In 1902, the house and grounds passed to Colonel R Sloane-Stanley, who is likely to have maintained the gardens well; the Pet Cemetery still to be seen in the woodland of Stanley Park, is attributed to him. He remained in the house until 1943 when he sold the house and 28 acres of land to Gosport Borough Council, at the same time donating 17 acres of parkland which included a fishpond, woodland and lawn, to the people of Gosport. The house and five acres was intended for a school, the rest of the estate to be re-sold for Stokes Bay development. In 1944, Bay House was requisitioned and became part of the D-Day preparations and the temporary home of the Royal Engineers. Many of the quarter million Allied troops sheltered in the woodlands of the estate, before setting off to Normandy. When derequisitioned in 1946, Gosport Council proposed naming the 17 acres of grounds it had been given for the people of Gosport, ‘Stanley Park’. In 1947, the Council decided to buy 7 ½ acres to the north of Alverbank House, which included its walled garden to join into Stanley Park, next to the woodland area.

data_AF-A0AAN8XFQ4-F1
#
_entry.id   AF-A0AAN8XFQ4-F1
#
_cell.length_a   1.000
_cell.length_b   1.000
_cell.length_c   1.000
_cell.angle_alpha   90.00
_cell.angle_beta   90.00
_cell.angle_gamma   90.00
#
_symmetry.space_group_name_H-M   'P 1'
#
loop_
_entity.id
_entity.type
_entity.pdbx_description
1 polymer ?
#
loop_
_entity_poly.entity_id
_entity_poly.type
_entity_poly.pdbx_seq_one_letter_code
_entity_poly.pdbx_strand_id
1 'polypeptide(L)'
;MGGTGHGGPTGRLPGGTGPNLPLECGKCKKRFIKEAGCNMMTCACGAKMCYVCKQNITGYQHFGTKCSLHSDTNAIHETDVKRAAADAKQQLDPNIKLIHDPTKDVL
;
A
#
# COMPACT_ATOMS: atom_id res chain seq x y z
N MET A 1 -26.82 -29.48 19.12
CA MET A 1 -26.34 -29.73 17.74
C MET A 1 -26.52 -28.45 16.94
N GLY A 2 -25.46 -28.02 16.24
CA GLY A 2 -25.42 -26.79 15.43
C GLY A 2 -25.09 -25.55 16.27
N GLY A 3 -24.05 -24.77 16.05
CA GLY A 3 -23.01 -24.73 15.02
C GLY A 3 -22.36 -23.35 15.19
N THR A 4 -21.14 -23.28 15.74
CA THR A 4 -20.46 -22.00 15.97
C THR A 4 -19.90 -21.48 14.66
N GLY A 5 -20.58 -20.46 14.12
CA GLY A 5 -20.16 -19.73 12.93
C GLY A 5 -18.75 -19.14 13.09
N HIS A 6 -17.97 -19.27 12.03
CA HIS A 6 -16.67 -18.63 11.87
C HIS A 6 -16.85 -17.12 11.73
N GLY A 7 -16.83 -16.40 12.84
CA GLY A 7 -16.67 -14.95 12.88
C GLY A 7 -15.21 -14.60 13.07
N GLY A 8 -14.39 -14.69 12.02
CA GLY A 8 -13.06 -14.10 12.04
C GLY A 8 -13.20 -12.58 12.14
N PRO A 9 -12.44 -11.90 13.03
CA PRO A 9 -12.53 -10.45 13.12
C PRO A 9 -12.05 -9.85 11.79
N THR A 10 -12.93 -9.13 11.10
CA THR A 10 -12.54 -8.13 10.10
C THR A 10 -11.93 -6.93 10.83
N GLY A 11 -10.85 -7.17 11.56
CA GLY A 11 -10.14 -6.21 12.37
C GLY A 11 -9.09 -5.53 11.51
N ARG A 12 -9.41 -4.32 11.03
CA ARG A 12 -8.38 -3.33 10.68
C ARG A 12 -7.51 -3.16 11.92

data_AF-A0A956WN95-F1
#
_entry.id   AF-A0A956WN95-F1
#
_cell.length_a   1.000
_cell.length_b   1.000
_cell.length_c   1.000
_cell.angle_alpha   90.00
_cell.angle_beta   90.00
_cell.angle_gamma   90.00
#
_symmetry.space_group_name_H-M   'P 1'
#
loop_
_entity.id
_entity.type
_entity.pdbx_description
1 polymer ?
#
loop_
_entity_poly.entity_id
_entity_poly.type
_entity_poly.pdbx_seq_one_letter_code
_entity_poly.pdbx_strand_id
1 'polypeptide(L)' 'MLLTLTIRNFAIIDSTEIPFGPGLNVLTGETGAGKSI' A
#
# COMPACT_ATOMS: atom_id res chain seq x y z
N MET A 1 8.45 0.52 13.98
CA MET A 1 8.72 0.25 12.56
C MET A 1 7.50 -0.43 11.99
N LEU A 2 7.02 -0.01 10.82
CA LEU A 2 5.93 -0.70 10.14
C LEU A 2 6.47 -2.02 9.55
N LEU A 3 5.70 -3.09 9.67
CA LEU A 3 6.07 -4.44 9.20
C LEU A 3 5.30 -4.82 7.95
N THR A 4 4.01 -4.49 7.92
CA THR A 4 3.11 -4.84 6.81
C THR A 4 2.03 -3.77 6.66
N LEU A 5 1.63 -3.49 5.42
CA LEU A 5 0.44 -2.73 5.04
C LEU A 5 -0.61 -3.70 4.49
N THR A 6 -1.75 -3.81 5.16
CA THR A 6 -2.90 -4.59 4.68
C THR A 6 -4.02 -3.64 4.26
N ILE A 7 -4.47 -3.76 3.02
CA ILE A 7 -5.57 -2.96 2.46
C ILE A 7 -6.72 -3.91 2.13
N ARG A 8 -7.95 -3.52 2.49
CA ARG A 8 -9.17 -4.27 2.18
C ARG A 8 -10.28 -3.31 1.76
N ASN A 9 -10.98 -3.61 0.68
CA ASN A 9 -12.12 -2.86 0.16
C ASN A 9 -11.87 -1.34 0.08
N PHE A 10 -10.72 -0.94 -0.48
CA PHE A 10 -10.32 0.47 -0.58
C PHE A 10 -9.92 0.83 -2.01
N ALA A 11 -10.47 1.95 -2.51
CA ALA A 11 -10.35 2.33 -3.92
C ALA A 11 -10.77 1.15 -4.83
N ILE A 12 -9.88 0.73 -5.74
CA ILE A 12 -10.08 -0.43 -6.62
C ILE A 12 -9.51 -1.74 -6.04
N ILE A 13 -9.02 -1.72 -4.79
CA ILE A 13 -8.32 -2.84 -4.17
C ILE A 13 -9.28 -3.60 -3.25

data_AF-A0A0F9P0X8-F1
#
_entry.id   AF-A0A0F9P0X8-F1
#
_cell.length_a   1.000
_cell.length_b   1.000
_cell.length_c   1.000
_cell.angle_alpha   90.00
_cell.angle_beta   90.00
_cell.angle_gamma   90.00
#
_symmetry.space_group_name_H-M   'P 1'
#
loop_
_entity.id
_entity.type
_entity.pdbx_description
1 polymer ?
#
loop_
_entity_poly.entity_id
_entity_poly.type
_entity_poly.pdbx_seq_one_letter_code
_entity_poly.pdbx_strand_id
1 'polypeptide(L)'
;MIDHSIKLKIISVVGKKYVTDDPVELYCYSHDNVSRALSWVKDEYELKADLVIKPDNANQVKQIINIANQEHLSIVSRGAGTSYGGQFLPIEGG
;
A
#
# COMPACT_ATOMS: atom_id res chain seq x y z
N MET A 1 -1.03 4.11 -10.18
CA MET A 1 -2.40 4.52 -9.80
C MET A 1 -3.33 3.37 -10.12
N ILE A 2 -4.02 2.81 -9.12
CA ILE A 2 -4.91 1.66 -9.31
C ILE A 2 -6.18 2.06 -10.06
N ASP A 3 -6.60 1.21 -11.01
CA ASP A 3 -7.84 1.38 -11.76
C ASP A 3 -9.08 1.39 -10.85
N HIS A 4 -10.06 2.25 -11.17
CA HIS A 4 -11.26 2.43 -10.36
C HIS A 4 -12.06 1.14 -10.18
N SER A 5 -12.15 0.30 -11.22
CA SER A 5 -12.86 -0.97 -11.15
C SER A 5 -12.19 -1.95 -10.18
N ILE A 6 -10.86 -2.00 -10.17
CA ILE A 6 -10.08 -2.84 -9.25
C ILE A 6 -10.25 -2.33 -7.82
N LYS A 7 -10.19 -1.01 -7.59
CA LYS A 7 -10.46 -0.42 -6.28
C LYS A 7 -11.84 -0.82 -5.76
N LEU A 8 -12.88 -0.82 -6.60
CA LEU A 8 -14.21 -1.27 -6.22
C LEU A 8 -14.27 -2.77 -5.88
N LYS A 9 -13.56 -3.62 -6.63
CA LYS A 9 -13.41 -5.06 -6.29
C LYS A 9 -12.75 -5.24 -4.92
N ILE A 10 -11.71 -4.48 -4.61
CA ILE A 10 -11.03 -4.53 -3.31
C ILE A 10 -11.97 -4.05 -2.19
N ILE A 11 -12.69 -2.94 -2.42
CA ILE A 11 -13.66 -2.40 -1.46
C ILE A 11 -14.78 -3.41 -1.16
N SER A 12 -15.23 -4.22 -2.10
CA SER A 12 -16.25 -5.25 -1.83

On 29 March, 1947 Colonel Sloane-Stanley was invited to name the park ‘Stanley Park’ which was duly opened by Major A R Nobes. 1949 saw the gift of eight seats for the park, from the estate of the late Colonel Sloane-Stanley. In 1951, a partial layout of Stanley Park was undertaken at the Western Way entrance. Bay House, meanwhile became a Gosport County School in 1949.